Children and the Catholic ChurchAug 1st, 2011 | By Jeremy Tate | Category: Blog Posts
I first read G.K. Chesterton’s Orthodoxy about seven years ago. Despite the anti-Calvinist rhetoric throughout the book, which at the time greatly reduced Chesterton’s credibility to me, I was deeply struck at his insight into the world of children. Chesterton was never able to have children himself, but nonetheless he seemed to retain in his own life the sense of wonder, awe, and fascination towards the world that is usually to be found only in kids. He saw in children a clue to the nature of pre-fallen man, and a foretaste of man fully redeemed. In this way, children can point us towards good theology. Chesterton writes;
Just as we all like love tales because there is an instinct of sex, we all like astonishing tales because they touch the nerve of the ancient instinct of astonishment. This is proved by the fact that when we are very young children do not need fairly tales: we only need tales. Mere life is interesting enough. A child of seven is interested by being told that Tommy opened a door and saw a dragon. But a child of three is excited by being told that Tommy opened a door. Boys like romantic tales; but babies like realistic tales – because they find them romantic. In fact, a baby is about the only person, I should think, to whom a modern realistic novel could be read without boring him. This proves that even nursery tales only echo an almost prenatal leap of interest and amazement.
Much of Chesterton’s writing is imbued with this idea that fallen man, especially in the scientifically explained away modern world, needs to be brought back into the world of wonder, the world of the garden, where we can once again be cast into awe and wonder at the greatness of our Creator and all of His handiwork. So how does this happen as our kids grow up in the faith?
I’ve talked to several Reformed friends who would become Catholic if it were not for their children. They’re in great PCA churches where their kids get top quality Bible instruction. The children’s ministry at the PCA Church I was at before my conversion has an amazing children’s ministry and I myself hesitated over leaving it when I came to the Catholic conclusion. Instead of finding a lack in the ability of the Catholic Church to draw children into the faith, however, I have found that the Catholic Church is something like an amusement park for kids. The Sacramental nature of the Church works in perfect harmony with a child’s hunger for mystery, grandeur, awe, and wonder. As a dad, I believe I am responsible for the faith formation of my kids.
As we have transitioned into the Catholic Church the way we go about this has changed dramatically. We still do “Bible-time,” Catechism, prayers and songs before bed, but much is new. We have Holy Water in our home, which to them is the main selling point when they invite their friends over. My three-year old proudly announces to her friends, “this is how I remember my baptism.” We go on pilgrimages to the Cathedrals where we walk around in awe and wonder and tell the stories of Scripture that are brought to life for us in the vivid images of the Church. We celebrate more feast days than just Christmas and Easter. We have a special birthday cake for the birthday of the Church on Pentecost Sunday and we do sparklers that night for the coming of the Holy Spirit. We tell stories of the saints on their feast day. I am amazed as my children listen in utter fascination to these family members in heaven that they are united to in Christ. In addition, children love the liturgy. Once again, Chesterton understands this well. He writes;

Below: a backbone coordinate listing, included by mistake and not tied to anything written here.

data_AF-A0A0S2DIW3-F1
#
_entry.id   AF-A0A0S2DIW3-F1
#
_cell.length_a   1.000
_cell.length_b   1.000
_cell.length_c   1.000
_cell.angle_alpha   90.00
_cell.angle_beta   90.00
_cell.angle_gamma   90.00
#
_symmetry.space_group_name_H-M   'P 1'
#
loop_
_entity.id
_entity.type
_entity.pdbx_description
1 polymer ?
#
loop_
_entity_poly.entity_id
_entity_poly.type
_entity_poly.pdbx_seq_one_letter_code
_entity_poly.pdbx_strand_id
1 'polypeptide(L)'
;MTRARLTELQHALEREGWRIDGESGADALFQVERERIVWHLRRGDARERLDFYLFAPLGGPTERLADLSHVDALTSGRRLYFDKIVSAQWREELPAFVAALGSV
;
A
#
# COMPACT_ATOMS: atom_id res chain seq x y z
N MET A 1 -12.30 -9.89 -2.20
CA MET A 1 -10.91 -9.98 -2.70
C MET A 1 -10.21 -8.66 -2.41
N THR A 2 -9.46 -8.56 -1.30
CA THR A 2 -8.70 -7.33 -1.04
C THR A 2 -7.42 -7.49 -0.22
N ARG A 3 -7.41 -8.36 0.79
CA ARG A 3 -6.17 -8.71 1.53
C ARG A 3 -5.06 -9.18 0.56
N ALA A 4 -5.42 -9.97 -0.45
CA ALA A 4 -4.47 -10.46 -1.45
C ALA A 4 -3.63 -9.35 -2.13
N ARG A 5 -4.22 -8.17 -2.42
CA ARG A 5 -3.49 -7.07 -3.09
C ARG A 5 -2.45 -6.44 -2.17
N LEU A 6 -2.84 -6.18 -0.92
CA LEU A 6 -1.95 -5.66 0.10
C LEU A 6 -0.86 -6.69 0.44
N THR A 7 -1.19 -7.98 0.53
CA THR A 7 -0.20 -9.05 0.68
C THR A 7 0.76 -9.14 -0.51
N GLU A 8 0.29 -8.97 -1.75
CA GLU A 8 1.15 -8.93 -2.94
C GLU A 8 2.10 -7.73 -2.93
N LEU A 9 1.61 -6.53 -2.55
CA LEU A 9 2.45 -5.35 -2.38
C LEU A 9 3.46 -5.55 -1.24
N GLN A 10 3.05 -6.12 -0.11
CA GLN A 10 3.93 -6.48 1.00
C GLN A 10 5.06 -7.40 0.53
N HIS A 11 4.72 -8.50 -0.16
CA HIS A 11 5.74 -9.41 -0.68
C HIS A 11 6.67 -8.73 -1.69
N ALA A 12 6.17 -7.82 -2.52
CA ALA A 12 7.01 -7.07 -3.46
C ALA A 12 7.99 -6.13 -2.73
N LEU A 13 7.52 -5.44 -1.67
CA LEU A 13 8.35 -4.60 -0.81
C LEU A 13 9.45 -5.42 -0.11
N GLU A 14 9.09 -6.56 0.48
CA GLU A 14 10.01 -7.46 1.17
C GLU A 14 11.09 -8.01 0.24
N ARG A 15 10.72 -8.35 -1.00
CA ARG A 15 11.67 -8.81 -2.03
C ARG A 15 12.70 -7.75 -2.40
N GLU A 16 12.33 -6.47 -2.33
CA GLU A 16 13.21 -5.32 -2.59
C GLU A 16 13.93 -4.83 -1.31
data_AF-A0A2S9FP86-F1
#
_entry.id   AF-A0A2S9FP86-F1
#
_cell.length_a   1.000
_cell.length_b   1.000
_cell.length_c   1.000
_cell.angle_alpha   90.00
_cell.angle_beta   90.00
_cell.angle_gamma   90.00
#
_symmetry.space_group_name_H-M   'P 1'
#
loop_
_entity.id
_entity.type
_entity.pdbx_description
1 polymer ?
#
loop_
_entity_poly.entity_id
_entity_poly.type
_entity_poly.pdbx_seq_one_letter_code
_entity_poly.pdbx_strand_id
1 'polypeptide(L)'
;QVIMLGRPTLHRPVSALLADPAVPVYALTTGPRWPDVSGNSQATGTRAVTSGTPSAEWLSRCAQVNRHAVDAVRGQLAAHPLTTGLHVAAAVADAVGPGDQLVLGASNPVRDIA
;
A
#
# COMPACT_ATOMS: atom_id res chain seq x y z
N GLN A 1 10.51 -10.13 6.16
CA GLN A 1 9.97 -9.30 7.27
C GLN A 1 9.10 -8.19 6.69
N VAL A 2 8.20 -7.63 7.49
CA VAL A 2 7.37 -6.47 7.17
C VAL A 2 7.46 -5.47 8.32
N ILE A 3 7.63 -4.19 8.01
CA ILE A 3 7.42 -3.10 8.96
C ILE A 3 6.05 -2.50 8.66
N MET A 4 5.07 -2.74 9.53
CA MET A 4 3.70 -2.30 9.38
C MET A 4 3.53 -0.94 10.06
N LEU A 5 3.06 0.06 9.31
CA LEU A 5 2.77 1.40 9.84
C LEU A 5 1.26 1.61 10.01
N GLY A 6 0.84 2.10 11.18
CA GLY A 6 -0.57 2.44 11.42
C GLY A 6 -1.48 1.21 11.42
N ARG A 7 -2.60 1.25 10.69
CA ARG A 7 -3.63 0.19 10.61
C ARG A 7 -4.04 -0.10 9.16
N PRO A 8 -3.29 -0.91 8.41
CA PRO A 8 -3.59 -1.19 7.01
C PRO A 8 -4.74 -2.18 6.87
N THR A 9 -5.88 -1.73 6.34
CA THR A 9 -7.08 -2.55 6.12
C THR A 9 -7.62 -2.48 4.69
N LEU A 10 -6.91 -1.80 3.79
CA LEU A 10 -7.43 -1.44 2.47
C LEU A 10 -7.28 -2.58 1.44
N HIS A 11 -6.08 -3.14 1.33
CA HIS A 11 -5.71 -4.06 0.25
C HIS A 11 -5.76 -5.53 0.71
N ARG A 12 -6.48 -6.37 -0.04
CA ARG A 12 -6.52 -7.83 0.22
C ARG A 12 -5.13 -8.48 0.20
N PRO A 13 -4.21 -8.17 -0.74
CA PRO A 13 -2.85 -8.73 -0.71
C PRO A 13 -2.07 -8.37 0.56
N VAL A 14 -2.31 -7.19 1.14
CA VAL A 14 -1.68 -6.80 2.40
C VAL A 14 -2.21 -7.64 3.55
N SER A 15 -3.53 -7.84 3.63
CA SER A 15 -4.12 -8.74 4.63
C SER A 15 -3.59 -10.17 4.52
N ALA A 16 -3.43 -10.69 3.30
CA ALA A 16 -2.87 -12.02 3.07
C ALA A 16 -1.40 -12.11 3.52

Because children have abounding vitality, because they are in spirit fierce and free, therefore they want things repeated and unchanged. They always say, “Do it again”; and the grown-up person does it again until he is nearly dead. For grown-up people are not strong enough to exult in monotony. But perhaps God is strong enough to exult in monotony. It is possible that God says every morning, “Do it again” to the sun; and every evening, “Do it again” to the moon. It may not be automatic necessity that makes all daisies alike; it may be that God makes every daisy separately, but has never got tired of making them. It may be that He has the eternal appetite of infancy; for we have sinned and grown old, and our Father is younger than we.
For children, the liturgy is not boring monotony, it is the song of the Church. The claim we are making here at Called To Communion, that the Catholic Church is indeed your true home, is true for your children as well. Consider what God has provided for the formation of precious children and consider what they may be missing as they learn the faith apart from the Catholic Church.
I can imagine some readers seeing this post and being shocked. How could somebody have the nerve to call the Catholic Church “an amusement park for kids”? The sexual abuse scandal over the past decade in the Catholic Church has injured young children in one of the worst ways imaginable. For millions of Catholics, however, the reason the sex scandal is such a tragedy is precisely because the experience of those abused contrasts so sharply with what has been articulated in this post. Instead of experiencing the wonder, grandeur, and majesty of God through the Catholic Church they experienced the horrific darkness of sin. Here, we come to our Savior in prayer and ask Him for healing for those abused and that future generations in the Catholic Church would be able to experience nothing but His grace and love in the Catholic Church.